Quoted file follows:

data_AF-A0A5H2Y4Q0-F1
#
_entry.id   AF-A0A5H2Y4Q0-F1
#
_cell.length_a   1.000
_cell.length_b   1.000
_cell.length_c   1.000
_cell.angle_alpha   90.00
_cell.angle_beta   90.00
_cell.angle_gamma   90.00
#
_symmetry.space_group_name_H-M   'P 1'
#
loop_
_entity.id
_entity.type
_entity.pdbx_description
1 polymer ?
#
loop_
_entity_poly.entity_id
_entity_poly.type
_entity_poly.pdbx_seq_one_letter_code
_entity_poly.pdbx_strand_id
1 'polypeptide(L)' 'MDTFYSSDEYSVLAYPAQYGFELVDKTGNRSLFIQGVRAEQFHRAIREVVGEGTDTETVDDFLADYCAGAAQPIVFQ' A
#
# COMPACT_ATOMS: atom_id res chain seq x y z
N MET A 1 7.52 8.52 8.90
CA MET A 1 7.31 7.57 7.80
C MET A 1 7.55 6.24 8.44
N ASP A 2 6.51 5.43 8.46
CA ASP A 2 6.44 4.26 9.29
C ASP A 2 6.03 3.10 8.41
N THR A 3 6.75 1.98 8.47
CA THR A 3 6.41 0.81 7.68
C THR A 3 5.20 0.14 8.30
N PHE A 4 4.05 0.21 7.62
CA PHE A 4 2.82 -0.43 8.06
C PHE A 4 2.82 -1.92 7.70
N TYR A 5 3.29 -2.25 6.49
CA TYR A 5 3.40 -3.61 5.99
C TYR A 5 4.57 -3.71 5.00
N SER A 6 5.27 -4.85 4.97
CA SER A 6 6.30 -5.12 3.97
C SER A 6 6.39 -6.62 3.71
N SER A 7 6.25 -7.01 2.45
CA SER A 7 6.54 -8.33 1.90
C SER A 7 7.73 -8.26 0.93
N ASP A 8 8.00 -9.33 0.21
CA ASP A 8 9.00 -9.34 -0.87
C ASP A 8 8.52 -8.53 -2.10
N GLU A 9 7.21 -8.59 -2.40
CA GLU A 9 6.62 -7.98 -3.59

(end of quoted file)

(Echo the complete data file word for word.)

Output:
data_AF-A0A5H2Y4Q0-F1
#
_entry.id   AF-A0A5H2Y4Q0-F1
#
_cell.length_a   1.000
_cell.length_b   1.000
_cell.length_c   1.000
_cell.angle_alpha   90.00
_cell.angle_beta   90.00
_cell.angle_gamma   90.00
#
_symmetry.space_group_name_H-M   'P 1'
#
loop_
_entity.id
_entity.type
_entity.pdbx_description
1 polymer ?
#
loop_
_entity_poly.entity_id
_entity_poly.type
_entity_poly.pdbx_seq_one_letter_code
_entity_poly.pdbx_strand_id
1 'polypeptide(L)' 'MDTFYSSDEYSVLAYPAQYGFELVDKTGNRSLFIQGVRAEQFHRAIREVVGEGTDTETVDDFLADYCAGAAQPIVFQ' A
#
# COMPACT_ATOMS: atom_id res chain seq x y z
N MET A 1 7.52 8.52 8.90
CA MET A 1 7.31 7.57 7.80
C MET A 1 7.55 6.24 8.44
N ASP A 2 6.51 5.43 8.46
CA ASP A 2 6.44 4.26 9.29
C ASP A 2 6.03 3.10 8.41
N THR A 3 6.75 1.98 8.47
CA THR A 3 6.41 0.81 7.68
C THR A 3 5.20 0.14 8.30
N PHE A 4 4.05 0.21 7.62
CA PHE A 4 2.82 -0.43 8.06
C PHE A 4 2.82 -1.92 7.70
N TYR A 5 3.29 -2.25 6.49
CA TYR A 5 3.40 -3.61 5.99
C TYR A 5 4.57 -3.71 5.00
N SER A 6 5.27 -4.85 4.97
CA SER A 6 6.30 -5.12 3.97
C SER A 6 6.39 -6.62 3.71
N SER A 7 6.25 -7.01 2.45
CA SER A 7 6.54 -8.33 1.90
C SER A 7 7.73 -8.26 0.93
N ASP A 8 8.00 -9.33 0.21
CA ASP A 8 9.00 -9.34 -0.87
C ASP A 8 8.52 -8.53 -2.10
N GLU A 9 7.21 -8.59 -2.40
CA GLU A 9 6.62 -7.98 -3.59